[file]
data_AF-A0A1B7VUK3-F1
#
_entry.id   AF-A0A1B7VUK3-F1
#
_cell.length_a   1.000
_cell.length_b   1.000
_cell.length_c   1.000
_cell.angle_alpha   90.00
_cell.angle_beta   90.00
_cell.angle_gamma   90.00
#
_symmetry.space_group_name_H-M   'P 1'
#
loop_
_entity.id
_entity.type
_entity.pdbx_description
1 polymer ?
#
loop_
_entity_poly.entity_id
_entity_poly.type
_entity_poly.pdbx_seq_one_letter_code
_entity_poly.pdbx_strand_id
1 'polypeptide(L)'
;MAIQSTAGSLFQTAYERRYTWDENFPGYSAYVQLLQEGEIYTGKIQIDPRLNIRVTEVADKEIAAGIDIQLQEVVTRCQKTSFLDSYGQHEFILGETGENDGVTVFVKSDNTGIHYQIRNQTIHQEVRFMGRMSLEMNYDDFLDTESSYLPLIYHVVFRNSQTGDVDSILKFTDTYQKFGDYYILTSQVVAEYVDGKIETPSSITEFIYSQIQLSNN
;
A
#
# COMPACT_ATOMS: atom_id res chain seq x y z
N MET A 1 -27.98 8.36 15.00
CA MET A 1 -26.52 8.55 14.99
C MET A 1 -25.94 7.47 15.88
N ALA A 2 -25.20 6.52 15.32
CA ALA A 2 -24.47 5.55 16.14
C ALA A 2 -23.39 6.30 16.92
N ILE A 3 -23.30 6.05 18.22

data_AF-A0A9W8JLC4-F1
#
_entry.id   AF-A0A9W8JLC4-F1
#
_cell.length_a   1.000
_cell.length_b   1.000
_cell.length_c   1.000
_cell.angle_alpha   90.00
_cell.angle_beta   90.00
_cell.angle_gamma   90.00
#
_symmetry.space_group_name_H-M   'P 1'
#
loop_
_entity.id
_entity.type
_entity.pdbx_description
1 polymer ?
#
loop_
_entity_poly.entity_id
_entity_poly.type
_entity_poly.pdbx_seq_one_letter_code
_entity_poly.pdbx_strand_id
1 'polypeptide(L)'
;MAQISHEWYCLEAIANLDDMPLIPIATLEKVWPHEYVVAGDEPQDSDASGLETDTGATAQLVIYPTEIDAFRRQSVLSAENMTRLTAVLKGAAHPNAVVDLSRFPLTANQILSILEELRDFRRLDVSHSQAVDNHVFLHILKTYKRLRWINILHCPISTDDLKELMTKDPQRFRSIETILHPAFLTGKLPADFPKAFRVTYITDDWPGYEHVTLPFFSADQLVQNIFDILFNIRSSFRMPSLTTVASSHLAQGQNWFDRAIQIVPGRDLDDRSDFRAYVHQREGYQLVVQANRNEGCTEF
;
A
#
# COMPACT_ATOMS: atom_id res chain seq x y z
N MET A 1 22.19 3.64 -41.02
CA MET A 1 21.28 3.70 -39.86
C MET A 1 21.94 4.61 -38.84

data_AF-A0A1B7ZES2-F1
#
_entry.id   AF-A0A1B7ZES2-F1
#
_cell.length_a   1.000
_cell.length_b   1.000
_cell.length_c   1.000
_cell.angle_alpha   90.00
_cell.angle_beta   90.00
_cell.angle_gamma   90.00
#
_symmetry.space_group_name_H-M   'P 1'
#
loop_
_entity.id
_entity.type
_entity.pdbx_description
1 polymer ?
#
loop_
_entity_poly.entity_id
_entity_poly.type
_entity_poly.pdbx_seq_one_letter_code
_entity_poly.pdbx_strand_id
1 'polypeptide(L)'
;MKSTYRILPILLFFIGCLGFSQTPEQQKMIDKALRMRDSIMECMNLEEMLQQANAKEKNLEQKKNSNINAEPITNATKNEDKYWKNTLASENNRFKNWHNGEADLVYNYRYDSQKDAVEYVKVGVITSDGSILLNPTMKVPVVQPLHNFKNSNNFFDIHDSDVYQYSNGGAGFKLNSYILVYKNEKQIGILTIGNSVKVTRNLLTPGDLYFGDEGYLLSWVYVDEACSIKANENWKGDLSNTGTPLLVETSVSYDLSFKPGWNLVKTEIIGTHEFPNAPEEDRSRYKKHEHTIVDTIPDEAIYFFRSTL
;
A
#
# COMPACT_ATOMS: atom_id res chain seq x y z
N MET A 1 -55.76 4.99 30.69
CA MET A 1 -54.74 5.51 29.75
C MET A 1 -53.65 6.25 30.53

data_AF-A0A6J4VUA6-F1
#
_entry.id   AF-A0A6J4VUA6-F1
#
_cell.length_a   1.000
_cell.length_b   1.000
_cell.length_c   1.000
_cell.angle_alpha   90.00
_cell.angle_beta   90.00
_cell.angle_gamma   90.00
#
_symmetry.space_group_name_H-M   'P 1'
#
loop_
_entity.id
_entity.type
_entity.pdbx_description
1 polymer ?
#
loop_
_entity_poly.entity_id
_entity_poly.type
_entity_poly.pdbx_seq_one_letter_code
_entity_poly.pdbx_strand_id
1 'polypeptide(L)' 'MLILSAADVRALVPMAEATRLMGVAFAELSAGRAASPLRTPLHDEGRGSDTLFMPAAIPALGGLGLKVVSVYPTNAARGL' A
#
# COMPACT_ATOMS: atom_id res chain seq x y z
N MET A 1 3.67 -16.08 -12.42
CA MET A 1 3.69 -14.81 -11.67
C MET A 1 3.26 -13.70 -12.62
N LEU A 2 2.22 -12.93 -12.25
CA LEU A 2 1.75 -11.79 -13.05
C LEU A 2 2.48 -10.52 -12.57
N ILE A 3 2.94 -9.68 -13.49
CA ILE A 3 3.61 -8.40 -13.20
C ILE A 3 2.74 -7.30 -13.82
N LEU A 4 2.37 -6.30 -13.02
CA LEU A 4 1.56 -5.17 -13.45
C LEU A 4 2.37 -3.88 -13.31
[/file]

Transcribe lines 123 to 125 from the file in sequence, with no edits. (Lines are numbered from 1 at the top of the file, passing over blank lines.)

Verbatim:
loop_
_entity_poly.entity_id
_entity_poly.type